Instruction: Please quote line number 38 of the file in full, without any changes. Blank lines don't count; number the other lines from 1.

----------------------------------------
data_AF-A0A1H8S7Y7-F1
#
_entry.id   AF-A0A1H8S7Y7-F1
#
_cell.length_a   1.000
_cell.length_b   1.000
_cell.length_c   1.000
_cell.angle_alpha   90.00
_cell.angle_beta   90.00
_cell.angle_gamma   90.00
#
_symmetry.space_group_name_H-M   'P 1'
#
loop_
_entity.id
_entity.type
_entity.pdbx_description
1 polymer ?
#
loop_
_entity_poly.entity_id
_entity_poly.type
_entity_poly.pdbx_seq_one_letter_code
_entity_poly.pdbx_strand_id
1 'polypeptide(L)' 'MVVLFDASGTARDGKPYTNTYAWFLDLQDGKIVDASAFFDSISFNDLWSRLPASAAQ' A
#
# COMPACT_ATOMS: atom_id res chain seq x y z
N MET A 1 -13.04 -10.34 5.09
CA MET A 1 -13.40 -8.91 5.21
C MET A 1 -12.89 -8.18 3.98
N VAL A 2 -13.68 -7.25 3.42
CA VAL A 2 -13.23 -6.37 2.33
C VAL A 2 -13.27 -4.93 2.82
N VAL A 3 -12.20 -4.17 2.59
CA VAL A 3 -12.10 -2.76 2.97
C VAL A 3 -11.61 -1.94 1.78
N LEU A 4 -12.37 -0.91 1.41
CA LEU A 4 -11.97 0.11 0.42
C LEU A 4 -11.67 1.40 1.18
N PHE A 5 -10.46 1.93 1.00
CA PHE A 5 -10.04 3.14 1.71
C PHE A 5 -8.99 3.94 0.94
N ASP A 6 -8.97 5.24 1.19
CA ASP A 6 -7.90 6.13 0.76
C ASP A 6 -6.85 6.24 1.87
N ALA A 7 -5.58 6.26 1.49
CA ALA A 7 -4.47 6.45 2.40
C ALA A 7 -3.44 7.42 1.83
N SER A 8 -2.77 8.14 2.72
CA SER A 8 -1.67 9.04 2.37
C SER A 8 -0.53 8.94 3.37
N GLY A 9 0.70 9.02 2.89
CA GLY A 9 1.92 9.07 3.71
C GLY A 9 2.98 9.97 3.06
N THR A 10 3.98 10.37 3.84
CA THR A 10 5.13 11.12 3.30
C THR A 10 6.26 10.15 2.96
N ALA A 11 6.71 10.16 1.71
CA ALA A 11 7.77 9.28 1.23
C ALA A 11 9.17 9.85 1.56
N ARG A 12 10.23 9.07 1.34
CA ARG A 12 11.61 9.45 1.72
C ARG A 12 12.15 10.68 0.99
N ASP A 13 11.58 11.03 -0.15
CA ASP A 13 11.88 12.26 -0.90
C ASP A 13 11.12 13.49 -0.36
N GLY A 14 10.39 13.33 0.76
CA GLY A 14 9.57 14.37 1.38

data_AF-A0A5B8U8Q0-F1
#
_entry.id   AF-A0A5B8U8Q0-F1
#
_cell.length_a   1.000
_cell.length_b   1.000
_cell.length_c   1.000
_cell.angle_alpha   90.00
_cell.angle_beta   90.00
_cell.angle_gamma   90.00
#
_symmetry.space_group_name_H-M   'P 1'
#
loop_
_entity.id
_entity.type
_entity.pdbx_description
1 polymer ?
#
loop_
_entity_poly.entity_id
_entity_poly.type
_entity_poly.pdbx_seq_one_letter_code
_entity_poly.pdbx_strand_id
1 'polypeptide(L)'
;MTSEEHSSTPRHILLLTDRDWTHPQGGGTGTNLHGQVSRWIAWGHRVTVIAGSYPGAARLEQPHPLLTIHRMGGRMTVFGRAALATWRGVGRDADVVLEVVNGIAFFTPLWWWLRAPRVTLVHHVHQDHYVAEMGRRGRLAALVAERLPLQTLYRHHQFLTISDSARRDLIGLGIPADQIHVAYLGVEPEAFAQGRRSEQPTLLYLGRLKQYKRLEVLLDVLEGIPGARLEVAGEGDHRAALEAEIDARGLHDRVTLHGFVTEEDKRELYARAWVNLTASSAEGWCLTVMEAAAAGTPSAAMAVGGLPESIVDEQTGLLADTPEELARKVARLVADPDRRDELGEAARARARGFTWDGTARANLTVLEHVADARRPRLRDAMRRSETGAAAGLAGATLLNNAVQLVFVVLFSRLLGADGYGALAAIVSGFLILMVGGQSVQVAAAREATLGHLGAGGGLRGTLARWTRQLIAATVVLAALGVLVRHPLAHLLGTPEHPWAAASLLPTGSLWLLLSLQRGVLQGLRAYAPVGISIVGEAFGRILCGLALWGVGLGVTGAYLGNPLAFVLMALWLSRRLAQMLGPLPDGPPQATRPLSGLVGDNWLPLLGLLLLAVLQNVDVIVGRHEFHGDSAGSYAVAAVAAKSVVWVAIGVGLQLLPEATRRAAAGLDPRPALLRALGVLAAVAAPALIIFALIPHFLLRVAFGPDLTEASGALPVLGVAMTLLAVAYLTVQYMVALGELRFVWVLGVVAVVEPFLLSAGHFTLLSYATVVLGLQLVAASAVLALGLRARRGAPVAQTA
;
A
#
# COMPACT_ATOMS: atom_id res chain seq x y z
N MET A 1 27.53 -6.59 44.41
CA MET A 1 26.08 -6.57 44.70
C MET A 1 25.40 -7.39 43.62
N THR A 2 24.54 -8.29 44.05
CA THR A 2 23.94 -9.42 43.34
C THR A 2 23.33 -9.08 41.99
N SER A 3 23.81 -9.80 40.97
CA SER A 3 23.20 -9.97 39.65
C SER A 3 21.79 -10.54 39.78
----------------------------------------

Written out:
CA LEU A 4 -11.97 0.11 0.42